This is a list of notable street photographers. Street photography is photography conducted for art or enquiry that presents unmediated chance encounters and random incidents within public places. Street photography does not need the backdrop of a street or even an urban environment. Though people are usually present, street photography may lack people and can be of an object or environment where the image projects a decidedly human character in facsimile or aesthetic.
With the recent publication of Walking London 1965-1988 (Café Royal Books), Benton-Harris looks back at three decades of street photography and street portraiture.
A fast eye, a quick mind and a speedy shutter are essentials for a good street photographer, a breed of picture taker with which Vivian Cherry proudly identifies.
Ms. Cherry's curiosity about people's lives, inspired by the artistry of photographers like Dorothea Lange, Helen Levitt and Paul Strand, brought her to the city's streets to take finely observed pictures of immigrants, street vendors, bocce players, construction workers, fruit auctioneers, farriers shoeing Central Park carriage horses, and children watching in amazement as an airplane flew overhead.
When Eamonn Doyle self-published his debut, i, last year, Martin Parr declared it “the best street photobook in a decade.”
He became fascinated with photography at the age of nine and, in his teens, signed up for a $6 course at the Photo League and began roaming the streets of New York with his camera
Neil Kenlock and Armet Francis were two radical figures, who took their cameras onto the streets of North Kensington as part of a wider commitment to documenting the lives of African-Caribbean people across London and beyond.
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Dave Heath turned moments of solitude into moments of connection and common humanity in his street photography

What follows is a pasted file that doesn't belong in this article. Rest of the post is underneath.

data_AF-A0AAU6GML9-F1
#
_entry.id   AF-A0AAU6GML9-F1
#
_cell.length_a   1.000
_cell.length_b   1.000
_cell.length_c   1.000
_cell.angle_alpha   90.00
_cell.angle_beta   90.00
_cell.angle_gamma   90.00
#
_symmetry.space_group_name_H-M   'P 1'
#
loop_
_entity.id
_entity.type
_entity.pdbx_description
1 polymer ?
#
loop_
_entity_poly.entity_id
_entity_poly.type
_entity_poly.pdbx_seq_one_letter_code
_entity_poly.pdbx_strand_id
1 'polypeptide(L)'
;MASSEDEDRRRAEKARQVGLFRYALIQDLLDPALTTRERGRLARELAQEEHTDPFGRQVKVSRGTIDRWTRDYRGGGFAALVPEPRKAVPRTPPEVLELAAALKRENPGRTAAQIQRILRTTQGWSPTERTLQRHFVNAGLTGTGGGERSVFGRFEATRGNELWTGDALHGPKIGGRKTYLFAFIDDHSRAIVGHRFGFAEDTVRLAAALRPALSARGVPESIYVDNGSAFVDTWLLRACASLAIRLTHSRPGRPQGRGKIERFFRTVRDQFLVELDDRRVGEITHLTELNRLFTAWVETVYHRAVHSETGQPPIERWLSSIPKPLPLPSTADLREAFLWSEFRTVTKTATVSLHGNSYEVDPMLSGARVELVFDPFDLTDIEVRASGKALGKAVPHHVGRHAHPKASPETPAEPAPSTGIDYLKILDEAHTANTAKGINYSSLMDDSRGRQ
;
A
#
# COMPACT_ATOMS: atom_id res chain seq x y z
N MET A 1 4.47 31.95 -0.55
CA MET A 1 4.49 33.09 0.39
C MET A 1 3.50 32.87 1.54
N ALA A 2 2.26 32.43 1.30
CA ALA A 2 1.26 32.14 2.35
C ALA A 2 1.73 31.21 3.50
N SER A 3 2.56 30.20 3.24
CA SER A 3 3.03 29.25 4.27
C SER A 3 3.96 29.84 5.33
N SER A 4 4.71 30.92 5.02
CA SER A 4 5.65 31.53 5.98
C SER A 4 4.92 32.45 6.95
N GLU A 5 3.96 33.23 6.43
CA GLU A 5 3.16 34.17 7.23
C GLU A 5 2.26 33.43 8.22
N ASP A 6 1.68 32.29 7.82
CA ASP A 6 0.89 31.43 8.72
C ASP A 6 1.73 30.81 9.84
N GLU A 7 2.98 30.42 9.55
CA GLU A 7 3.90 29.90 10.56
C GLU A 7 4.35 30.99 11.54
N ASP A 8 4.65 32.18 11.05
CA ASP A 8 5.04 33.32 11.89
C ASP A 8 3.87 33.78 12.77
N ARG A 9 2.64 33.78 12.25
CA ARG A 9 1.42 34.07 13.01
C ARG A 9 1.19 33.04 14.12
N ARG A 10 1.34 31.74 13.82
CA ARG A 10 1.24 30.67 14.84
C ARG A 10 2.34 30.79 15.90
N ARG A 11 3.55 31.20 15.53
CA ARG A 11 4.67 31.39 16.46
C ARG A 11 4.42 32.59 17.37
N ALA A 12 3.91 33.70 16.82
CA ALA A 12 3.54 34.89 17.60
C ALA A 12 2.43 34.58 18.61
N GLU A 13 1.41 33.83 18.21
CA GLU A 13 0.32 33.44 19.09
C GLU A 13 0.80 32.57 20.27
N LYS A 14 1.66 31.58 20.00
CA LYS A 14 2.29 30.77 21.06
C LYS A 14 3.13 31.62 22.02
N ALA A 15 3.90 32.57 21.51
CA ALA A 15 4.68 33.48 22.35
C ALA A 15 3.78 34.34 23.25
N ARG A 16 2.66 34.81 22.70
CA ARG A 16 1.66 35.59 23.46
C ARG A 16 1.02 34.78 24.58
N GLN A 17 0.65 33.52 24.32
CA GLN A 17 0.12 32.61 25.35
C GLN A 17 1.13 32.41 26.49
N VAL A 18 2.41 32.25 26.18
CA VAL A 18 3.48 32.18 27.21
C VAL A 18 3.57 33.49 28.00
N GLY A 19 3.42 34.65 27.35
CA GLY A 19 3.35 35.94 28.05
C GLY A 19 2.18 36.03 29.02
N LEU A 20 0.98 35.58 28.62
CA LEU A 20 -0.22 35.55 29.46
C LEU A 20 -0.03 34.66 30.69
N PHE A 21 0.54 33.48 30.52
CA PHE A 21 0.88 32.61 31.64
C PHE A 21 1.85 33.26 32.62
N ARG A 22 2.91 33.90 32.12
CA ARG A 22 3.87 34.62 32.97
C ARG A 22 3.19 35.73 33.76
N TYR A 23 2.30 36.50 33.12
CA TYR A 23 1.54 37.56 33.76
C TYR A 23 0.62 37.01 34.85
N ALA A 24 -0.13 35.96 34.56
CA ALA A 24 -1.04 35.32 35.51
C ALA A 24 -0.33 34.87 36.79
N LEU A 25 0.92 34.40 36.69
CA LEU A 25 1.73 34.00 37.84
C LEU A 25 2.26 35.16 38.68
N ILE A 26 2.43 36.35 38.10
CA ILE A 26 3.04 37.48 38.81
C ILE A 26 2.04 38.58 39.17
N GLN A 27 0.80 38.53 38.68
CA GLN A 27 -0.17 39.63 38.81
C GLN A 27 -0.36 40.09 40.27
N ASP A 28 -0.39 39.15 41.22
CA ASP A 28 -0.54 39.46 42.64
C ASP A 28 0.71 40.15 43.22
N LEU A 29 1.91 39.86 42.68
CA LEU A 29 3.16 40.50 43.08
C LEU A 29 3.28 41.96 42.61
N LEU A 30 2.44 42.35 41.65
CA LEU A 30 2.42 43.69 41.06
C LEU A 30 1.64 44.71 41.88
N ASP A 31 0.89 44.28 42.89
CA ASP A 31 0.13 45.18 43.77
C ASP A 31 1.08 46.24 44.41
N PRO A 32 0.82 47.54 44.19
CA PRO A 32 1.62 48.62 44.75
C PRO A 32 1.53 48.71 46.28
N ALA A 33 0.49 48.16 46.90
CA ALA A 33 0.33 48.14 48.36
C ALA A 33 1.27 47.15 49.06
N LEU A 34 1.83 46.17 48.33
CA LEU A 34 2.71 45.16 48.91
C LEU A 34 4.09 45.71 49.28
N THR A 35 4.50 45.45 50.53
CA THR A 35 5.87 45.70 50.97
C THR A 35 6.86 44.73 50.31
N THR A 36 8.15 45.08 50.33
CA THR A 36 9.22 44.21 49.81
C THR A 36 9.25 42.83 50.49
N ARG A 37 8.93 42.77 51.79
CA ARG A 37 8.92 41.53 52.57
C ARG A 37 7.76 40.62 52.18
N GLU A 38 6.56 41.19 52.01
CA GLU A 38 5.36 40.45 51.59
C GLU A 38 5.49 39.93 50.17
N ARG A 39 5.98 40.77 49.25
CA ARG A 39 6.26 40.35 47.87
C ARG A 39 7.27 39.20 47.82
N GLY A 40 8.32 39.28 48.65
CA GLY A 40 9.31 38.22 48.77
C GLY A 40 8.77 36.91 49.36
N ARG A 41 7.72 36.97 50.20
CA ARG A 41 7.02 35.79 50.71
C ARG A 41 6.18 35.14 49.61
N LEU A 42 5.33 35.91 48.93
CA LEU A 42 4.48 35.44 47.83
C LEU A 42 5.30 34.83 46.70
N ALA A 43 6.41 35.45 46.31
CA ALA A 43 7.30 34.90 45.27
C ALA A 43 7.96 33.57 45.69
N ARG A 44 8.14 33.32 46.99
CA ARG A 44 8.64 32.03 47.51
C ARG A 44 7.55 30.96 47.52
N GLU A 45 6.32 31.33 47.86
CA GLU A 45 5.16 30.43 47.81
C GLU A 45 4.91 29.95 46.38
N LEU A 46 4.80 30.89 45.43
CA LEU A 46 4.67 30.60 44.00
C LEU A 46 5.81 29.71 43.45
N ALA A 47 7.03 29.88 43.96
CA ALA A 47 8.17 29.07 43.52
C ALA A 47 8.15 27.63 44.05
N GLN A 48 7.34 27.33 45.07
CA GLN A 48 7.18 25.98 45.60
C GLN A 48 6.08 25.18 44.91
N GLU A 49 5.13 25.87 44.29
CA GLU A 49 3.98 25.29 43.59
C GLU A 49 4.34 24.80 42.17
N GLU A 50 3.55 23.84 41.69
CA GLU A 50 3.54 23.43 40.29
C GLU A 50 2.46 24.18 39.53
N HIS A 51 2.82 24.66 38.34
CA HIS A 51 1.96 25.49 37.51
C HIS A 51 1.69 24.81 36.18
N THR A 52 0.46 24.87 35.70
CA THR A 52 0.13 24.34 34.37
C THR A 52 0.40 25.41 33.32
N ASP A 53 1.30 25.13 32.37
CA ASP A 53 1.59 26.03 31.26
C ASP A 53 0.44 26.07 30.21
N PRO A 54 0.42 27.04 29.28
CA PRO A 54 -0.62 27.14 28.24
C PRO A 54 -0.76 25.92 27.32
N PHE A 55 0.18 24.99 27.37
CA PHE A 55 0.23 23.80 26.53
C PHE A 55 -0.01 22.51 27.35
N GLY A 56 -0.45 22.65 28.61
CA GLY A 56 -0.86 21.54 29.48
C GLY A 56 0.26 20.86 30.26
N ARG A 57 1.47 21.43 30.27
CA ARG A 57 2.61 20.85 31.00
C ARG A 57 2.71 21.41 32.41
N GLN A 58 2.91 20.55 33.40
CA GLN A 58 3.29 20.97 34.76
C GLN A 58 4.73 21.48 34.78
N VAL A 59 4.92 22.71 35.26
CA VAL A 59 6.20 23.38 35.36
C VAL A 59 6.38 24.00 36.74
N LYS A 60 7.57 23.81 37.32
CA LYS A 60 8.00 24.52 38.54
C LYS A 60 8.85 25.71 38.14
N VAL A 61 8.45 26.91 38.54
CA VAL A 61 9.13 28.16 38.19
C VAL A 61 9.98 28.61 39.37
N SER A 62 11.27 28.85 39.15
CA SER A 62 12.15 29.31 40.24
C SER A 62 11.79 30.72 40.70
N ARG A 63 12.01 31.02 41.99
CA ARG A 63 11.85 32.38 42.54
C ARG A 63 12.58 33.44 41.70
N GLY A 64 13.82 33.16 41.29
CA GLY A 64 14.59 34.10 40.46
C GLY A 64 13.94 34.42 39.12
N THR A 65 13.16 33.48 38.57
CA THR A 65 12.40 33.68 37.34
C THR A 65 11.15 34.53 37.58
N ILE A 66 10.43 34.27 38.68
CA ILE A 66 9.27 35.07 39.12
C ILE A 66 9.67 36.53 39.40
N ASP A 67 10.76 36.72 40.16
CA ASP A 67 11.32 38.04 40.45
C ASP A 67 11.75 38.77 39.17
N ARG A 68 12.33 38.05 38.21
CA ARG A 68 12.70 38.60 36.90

. . . his poetic images of people glimpsed in streets and public parks
Much of the work on display qualifies as what we now call street photography ... Herzog's street photographs are among the show's surprises, not just because he was shooting in colour way back in the 1950s, but because of the range of his palette.
Herzog, does not claim to be the first color street photographer—for that honor, he cites his contemporary, the more lyrical New York street photographer Saul Leiter—but he was certainly among the first to produce a large volume of color images of this type.
in his free time he's a flâneur, shooting on the street with free reign to react to what he sees and record it as he feels
Chinese photographer Feng Li is known for his hawk-eyed street photography.
He made his name as a street photographer in New York, characteristically up close and personal with faces in a crowd.
He's the guy with a camera, a wry sensibility and a measure of both luck and patience; a San Francisco-based street photographer of Scottish extraction whose work feels like a field guide to how normal things can be really odd, contradictory — and visually rich.
He funded his street photography with various office jobs and by working as a technician. . . .
More recently, country shows have been the hunting ground of street photographer Paul Russell whose eye for a humorous moment is as keen as any you will find.
The street photographer Richard Sandler
The Eyes of the City is Sandler's first retrospective in print. It's an impressive collection, mostly taken between 1977 and 1992 on the streets of New York, with several also in Boston.
Semetko specializes in candid street photography, capturing on-the-fly observations in a series called Unposed. . . .
The great thing about street photography is that all you have to do is step out of your front door with camera in hand and you are up and running. . . . One of the best is Nick Turpin. . . .
Working in the parks, on the streets and at the beaches, he catches his subjects often unawares and usually ignored by everyone else around them. ... Wolff's pictures are typical of the kind of street photography that a whole generation of young photographers has taken to with a passion and abandon that are not encouraging. These photographers are descendents, via Robert Frank, of such grand progenitors as Kertesz and Cartier‐Bresson.